Gene therapy is an experimental technique that treats patients by inserting genes into their cells instead of using drugs or surgery. By Michael Megarit
Gene Therapy Is Revolutionary And Could Be The Future Of Healthcare
There are more than 7,000 rare diseases which affect an estimated 320 million people worldwide. Of these rare and inherited conditions, 80% are genetic in nature.
This suggests that it may be possible to prevent, treat and cure these diseases by intervening on a cellular and genetic level.
Indeed, by targeting malfunctioning cells, doctors could splice the human genome and treat patients with a single procedure, eliminating the need for lifelong medical attention.
Imagine being able to cure Parkinson’s, sickle cell anemia and certain types of cancer with a single injection of a next-generation viral-vector.
This is the promise of gene therapy.
What are Genes?
To understand gene therapy, we must first explain how cells and genes function.
Cells are the basic building blocks of all living things. Our bodies are made up of trillions of different kinds of cells that perform different functions. For example, white blood cells help the body fight off infections and diseases while red blood cells carry the oxygen we breathe around the body.
Hidden inside our cells is a molecule called DNA. A gene is simply a small section of DNA that contains instructions that tell our cells to produce proteins. Proteins perform various tasks such as powering muscles and attacking invading bacteria. In a word, they keep us healthy.
Unfortunately, genes are fragile.
They can be damaged either naturally or by inherited mutation. When that happens, the gene is unable to transmit the information that produces proteins. As a result, damaged cells are unable to ensure proper bodily function, which can lead to the formation of diseases.
For example, people with a variant hemoglobin gene have red blood cells with an abnormal shape. Consequently, the flow of oxygen is slowed, blood flow is blocked, and the patient experiences pain, swelling, infections and even vision problems. This is a common disease called Sickle Cell Anemia.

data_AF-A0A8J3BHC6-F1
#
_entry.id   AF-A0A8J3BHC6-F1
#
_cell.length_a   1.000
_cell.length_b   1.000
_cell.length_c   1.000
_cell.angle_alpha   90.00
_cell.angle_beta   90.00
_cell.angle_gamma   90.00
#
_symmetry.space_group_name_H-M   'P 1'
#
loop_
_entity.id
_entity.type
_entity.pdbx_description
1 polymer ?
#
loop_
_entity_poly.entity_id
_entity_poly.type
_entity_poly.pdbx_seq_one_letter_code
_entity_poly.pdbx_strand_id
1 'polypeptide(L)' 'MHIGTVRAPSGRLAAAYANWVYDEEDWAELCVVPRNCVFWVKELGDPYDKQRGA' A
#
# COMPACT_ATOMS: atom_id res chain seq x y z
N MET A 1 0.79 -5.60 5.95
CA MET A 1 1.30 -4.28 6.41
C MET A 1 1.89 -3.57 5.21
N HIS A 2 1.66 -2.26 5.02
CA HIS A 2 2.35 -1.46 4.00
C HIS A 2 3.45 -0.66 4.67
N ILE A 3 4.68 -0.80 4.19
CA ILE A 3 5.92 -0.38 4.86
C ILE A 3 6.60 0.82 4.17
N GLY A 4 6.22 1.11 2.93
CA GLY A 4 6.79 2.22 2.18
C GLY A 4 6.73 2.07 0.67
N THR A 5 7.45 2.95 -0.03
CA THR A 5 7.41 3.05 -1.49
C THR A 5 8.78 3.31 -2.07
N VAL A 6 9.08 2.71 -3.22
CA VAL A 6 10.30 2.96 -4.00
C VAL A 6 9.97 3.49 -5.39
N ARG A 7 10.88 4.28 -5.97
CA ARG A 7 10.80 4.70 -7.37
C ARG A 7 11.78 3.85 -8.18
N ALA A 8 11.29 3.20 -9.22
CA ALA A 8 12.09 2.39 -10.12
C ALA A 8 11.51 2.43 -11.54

Is it possible to treat such diseases by manipulating the human genome?
Gene therapy is a scientific technique that attempts to do just that.
What is Gene Therapy?
Gene therapy is an experimental treatment that involves correcting or replacing a person’s mutated or malfunctioning genes. When performed correctly, it prevents and treats diseases in various ways:
- Replace a damaged, “mutated” gene that causes disease with a healthy copy of the gene.
- Inactivate a malfunctioning gene.
- Introduce a new gene to fight a disease or restore normal function.
Currently, gene therapy is used for conditions in which somatic cells (cells that are not egg and sperm cells) have experienced a change in genetic coding. To correct the disease in which a particular enzyme is missing, it is possible to inject the necessary gene component that will trigger the production of the missing enzyme and cure the disease.
In most cases, a harmless virus is used as a packet to carry the new gene to where it is needed. Once the gene is correctly placed, it switches on and provides the instructions for correct cellular function.
If everything goes to plan, the damaged gene is corrected and the patient is cured.
Gene Therapy is Still an Experimental Technique